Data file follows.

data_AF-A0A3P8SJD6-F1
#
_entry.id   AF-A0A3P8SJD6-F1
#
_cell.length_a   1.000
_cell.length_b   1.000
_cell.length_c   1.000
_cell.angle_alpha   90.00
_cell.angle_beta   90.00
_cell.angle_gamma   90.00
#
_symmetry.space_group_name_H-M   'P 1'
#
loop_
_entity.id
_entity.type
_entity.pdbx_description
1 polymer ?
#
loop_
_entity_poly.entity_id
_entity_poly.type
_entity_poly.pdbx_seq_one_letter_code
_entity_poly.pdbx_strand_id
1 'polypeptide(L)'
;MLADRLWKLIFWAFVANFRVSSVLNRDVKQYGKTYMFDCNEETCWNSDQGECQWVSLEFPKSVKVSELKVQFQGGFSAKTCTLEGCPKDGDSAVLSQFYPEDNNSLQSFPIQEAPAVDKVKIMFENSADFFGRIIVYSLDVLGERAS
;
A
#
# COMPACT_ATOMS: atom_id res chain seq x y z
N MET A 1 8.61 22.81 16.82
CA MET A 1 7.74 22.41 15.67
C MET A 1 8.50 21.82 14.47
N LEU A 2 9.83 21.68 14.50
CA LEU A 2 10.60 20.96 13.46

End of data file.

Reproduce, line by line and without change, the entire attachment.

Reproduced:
data_AF-A0A3P8SJD6-F1
#
_entry.id   AF-A0A3P8SJD6-F1
#
_cell.length_a   1.000
_cell.length_b   1.000
_cell.length_c   1.000
_cell.angle_alpha   90.00
_cell.angle_beta   90.00
_cell.angle_gamma   90.00
#
_symmetry.space_group_name_H-M   'P 1'
#
loop_
_entity.id
_entity.type
_entity.pdbx_description
1 polymer ?
#
loop_
_entity_poly.entity_id
_entity_poly.type
_entity_poly.pdbx_seq_one_letter_code
_entity_poly.pdbx_strand_id
1 'polypeptide(L)'
;MLADRLWKLIFWAFVANFRVSSVLNRDVKQYGKTYMFDCNEETCWNSDQGECQWVSLEFPKSVKVSELKVQFQGGFSAKTCTLEGCPKDGDSAVLSQFYPEDNNSLQSFPIQEAPAVDKVKIMFENSADFFGRIIVYSLDVLGERAS
;
A
#
# COMPACT_ATOMS: atom_id res chain seq x y z
N MET A 1 8.61 22.81 16.82
CA MET A 1 7.74 22.41 15.67
C MET A 1 8.50 21.82 14.47
N LEU A 2 9.83 21.68 14.50
CA LEU A 2 10.60 20.96 13.46